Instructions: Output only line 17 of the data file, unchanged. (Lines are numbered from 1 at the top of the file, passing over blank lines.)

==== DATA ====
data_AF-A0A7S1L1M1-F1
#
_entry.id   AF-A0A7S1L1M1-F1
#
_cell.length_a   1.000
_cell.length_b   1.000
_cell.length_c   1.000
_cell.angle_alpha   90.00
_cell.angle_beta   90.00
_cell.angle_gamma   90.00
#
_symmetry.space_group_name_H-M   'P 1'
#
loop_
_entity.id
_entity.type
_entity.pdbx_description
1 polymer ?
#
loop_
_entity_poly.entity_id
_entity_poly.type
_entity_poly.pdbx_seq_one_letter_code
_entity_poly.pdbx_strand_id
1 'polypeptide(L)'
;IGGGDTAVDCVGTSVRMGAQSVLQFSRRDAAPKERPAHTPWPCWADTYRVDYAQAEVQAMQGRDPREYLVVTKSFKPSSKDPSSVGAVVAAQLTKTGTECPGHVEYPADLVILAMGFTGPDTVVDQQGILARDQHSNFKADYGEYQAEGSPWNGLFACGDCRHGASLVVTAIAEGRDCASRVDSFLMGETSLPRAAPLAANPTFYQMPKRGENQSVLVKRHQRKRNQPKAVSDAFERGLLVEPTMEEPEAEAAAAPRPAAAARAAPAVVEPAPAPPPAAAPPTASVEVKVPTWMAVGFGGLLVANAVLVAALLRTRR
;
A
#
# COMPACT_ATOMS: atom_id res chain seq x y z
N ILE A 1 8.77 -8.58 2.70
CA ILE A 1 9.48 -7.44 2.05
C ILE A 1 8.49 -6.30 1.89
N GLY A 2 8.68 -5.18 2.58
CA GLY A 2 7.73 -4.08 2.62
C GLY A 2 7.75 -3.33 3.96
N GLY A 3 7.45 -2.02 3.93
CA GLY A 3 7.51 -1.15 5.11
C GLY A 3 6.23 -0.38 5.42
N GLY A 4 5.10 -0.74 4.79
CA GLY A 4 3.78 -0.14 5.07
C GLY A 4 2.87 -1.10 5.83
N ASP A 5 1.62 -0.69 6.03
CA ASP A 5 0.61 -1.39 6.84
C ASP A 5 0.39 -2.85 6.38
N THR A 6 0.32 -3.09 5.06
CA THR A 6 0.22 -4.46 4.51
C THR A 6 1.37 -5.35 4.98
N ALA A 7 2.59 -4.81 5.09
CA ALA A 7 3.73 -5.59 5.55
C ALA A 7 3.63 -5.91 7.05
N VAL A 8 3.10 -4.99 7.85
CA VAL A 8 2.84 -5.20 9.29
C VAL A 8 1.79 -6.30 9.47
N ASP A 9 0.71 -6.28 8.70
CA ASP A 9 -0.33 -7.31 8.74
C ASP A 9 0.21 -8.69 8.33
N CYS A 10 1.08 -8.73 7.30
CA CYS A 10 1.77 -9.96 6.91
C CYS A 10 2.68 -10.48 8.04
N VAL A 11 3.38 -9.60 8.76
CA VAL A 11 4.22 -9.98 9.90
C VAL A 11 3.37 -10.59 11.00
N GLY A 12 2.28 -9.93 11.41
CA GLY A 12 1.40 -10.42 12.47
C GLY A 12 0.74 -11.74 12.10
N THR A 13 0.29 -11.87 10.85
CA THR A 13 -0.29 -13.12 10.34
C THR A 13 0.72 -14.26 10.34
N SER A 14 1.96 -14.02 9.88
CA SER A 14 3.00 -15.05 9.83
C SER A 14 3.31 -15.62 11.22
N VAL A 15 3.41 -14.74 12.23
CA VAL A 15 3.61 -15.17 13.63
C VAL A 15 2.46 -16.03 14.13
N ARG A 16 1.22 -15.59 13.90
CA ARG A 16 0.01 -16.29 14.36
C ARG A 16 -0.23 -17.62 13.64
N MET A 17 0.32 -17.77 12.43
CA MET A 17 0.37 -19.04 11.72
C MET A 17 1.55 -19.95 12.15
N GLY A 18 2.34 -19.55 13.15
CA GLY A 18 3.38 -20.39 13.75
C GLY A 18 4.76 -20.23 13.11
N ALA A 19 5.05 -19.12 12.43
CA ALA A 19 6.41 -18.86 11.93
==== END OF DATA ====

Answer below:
_entity.pdbx_description